And ultimately it all sounds just a little condescending, as if they're speaking through their nose and gushing about how, if you have the means, they highly recommend it for your own favorite team. But if you don't -- if you're stuck slumming as a Lions fan or a Cardinals fan, it's all right, because you can live vicariously through their experience.
Sometimes that team turns out to having some staying power, but more often than not, those teams simply fade back into Mike Tyson's "bolivion."
And those fans are then left with the same sheepish grin that you have the morning after you tried to explain Einstein's Theory of Relativity to a bar full of people based strictly on your understanding of Doc Brown in "Back to the Future."
They slouch back in amongst the rest of us and wait for the next person drunk on victory to tell the unwashed masses what it really means to see a team reach the Super Bowl.
Truth be told, there are people far better equipped to write one of those about the Colts than me. They are still my team the way Indianapolis is still my city. I don't know them very well anymore. I'd have a hard time naming all of their backups, just like I'd have a hard time telling you what restaurants now reside downtown. If they beat the Bears, there will be people who derive far more joy from the win than me. And if they lose, there will be people far more disconsolate.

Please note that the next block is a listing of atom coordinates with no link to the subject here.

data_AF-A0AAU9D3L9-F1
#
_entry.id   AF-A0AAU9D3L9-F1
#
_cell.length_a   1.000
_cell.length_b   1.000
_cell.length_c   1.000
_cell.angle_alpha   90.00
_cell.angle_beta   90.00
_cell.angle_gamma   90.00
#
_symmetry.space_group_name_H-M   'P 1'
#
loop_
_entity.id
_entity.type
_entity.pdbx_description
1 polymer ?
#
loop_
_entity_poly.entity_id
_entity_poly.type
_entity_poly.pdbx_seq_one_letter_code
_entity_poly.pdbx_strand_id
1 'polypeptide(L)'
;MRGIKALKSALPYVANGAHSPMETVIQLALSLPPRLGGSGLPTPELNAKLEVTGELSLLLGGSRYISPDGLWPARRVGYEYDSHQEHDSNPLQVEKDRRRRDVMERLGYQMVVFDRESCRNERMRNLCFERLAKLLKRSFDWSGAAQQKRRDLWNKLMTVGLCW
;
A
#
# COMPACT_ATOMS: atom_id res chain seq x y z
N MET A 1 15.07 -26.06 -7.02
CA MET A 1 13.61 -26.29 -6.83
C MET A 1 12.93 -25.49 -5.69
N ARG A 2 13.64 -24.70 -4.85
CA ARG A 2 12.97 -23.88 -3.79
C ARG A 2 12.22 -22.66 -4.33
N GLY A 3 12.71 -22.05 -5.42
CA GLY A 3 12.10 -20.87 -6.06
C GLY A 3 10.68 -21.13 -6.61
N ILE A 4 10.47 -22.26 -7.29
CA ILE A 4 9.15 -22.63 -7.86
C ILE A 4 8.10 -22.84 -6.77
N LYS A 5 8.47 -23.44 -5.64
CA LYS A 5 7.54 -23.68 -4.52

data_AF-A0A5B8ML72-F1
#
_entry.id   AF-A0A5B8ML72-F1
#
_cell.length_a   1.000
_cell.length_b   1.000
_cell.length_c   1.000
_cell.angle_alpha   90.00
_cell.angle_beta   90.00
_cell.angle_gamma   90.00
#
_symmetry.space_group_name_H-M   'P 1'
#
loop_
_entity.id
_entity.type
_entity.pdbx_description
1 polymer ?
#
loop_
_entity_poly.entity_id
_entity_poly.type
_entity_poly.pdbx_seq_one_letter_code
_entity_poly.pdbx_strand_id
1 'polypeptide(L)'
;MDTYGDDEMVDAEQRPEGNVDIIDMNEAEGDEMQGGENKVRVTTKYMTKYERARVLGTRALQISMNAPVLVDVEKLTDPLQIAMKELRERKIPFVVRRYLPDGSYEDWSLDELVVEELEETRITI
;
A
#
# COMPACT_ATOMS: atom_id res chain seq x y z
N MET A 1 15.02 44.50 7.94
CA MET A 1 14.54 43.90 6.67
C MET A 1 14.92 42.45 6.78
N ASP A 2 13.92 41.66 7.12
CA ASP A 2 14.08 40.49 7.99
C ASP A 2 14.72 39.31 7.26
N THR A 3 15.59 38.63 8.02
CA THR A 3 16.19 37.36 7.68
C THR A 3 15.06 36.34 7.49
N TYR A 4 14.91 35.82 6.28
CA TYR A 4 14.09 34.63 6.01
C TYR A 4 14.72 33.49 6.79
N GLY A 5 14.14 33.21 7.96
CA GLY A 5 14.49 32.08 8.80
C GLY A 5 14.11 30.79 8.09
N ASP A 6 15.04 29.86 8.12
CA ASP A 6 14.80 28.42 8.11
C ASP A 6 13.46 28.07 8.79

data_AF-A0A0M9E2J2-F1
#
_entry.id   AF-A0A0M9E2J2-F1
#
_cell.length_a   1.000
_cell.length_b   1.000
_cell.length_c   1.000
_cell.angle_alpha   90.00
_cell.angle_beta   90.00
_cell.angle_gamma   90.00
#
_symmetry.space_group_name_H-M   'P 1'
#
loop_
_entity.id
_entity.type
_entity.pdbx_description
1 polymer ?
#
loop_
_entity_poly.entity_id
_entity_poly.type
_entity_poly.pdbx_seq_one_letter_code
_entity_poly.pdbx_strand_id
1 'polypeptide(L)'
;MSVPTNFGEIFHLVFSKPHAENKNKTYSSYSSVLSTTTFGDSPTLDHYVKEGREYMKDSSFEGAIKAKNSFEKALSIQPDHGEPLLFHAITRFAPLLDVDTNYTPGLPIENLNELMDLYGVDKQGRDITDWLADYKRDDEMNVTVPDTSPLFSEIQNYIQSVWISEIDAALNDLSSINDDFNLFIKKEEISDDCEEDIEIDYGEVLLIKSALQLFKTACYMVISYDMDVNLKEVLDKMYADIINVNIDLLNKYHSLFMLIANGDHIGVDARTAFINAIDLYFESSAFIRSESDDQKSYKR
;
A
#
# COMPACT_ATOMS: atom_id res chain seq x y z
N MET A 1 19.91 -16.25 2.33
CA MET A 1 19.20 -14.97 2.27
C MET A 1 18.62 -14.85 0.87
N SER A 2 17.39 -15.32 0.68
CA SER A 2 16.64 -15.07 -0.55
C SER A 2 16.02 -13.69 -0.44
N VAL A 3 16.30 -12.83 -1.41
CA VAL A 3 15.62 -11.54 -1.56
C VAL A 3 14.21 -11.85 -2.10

What remains, I hope, is a feeling familiar to fans who occupy the silent majority, those of us who find ourselves living life not through our favorite team but unfailingly alongside it.
When I heard Nantz say those words, I didn't think about Peyton Manning or the Super Bowl itself. I thought about Jack Trudeau's uncompromising mediocrity, Steve Emtman's injury-ravaged potential and countless Sunday afternoons spent wondering if Bob Lamey, radio voice of the Colts, was as close to hanging himself as it sounded.
Because if the Indianapolis Colts can reach the Super Bowl, there really is no reclaiming the past. And that makes me kind of sad. Jeff George and all.
Graham Hays covers college sports for ESPN.com. He can be reached at firstname.lastname@example.org.